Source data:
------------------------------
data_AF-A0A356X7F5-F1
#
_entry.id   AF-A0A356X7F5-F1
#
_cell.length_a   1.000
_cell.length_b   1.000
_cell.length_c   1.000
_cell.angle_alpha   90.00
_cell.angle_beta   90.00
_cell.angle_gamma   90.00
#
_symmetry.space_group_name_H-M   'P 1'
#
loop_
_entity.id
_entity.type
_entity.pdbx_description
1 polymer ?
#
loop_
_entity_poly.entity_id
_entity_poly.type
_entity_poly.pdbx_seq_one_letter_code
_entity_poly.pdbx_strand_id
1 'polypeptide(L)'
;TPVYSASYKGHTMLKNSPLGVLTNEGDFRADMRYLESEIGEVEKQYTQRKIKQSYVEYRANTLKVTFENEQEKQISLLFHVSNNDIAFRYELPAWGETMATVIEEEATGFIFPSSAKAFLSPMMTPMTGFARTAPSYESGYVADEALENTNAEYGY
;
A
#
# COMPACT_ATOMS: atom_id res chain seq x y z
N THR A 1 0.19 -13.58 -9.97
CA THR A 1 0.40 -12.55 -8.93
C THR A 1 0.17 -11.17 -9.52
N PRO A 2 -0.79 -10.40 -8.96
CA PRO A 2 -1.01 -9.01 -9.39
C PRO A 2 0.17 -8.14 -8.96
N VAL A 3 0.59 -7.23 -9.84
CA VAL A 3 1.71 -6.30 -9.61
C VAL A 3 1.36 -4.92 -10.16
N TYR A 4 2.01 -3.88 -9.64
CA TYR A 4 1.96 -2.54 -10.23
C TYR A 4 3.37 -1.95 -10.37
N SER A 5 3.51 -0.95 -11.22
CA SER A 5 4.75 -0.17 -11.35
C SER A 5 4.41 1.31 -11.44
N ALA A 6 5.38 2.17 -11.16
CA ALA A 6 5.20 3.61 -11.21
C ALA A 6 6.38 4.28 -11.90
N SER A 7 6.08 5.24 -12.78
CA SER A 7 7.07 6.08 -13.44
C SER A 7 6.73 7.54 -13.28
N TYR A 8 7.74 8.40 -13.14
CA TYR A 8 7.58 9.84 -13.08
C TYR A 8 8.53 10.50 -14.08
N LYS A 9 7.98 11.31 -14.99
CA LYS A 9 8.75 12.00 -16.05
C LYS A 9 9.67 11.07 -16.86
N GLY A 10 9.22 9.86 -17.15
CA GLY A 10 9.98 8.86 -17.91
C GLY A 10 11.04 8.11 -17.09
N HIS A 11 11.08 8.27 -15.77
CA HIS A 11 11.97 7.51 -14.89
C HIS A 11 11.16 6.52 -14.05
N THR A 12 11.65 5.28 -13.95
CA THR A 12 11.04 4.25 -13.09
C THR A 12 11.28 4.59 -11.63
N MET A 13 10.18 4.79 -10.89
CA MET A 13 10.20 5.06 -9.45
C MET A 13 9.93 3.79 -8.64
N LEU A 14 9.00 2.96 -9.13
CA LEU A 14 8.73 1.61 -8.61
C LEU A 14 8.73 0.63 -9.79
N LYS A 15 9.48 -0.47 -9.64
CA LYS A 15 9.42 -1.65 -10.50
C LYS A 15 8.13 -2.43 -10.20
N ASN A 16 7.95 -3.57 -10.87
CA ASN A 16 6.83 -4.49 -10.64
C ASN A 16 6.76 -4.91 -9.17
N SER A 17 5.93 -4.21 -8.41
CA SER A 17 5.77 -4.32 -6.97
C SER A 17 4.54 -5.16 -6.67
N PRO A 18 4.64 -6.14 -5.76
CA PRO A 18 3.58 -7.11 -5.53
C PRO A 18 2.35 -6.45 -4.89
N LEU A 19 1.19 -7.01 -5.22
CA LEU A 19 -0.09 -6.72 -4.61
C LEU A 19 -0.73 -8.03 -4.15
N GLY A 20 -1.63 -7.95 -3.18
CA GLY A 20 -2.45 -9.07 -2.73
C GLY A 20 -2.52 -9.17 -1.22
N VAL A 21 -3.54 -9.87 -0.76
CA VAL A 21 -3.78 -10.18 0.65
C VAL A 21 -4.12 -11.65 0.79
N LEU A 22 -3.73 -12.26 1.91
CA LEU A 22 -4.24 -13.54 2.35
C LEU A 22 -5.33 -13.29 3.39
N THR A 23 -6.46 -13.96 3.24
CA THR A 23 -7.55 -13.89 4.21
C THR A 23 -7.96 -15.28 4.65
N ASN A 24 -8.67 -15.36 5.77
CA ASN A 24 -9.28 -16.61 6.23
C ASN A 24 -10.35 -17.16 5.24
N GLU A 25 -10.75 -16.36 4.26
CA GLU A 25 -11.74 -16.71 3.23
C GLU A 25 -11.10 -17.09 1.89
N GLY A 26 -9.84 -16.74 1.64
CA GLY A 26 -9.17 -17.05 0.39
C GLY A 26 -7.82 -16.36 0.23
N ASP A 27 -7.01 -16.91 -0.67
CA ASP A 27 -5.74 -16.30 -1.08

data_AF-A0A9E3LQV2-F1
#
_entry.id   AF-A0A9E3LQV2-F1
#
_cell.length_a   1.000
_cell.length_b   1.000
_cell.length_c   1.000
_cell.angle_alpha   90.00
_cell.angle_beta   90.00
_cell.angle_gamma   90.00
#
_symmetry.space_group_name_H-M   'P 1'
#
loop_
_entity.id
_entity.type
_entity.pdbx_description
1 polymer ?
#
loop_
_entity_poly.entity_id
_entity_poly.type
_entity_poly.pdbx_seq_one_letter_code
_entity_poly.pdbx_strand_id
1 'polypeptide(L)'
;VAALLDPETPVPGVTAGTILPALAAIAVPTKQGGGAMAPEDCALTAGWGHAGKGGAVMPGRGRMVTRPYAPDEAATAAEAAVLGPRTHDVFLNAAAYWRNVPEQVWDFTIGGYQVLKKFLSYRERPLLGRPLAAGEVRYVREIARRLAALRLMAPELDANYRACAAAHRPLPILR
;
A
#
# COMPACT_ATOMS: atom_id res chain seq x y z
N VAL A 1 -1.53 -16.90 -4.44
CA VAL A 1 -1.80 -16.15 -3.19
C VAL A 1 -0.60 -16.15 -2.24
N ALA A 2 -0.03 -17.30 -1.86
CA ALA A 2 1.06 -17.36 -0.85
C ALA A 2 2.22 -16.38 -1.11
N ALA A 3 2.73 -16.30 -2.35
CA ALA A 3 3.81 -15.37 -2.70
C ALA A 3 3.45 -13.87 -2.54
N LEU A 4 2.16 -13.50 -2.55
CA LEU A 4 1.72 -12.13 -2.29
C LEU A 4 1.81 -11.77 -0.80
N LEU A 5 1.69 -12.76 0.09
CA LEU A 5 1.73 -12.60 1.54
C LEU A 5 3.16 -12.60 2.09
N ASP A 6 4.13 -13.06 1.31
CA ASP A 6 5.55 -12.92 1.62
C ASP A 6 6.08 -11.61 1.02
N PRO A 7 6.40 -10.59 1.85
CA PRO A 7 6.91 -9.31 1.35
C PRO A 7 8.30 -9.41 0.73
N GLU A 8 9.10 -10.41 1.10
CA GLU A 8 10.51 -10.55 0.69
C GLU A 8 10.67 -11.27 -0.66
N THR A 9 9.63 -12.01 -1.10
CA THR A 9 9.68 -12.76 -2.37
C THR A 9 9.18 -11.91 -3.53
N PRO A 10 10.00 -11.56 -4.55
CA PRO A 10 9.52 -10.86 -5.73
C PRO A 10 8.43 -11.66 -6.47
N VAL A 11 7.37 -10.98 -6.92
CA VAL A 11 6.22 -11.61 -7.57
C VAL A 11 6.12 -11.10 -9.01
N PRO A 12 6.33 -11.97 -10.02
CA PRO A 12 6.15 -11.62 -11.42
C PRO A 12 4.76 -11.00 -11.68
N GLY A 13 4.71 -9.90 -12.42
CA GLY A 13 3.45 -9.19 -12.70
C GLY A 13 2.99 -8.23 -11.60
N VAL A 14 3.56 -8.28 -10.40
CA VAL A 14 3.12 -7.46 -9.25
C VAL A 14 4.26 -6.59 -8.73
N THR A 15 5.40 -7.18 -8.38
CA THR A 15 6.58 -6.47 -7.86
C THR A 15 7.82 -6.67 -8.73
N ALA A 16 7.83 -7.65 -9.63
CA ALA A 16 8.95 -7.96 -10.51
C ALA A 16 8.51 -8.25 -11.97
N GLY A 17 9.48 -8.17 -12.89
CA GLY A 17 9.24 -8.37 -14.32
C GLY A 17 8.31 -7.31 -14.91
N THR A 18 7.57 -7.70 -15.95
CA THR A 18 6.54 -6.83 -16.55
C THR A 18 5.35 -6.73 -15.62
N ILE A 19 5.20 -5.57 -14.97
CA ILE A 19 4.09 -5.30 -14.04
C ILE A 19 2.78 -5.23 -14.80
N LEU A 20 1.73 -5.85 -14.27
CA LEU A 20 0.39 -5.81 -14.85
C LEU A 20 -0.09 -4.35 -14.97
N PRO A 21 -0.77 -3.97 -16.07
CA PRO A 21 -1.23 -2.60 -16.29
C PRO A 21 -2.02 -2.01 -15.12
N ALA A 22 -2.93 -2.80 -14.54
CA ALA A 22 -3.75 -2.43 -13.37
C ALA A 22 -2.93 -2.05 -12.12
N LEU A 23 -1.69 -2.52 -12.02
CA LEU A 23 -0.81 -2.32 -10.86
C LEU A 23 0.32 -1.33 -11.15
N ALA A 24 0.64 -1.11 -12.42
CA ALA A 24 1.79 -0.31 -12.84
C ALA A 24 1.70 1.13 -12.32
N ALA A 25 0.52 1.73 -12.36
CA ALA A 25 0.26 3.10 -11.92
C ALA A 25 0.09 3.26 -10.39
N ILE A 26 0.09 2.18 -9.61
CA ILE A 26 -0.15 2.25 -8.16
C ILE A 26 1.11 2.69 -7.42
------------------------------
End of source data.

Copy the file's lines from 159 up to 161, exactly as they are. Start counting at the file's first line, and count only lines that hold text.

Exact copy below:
N PRO A 7 6.40 -10.59 1.85
CA PRO A 7 6.91 -9.31 1.35
C PRO A 7 8.30 -9.41 0.73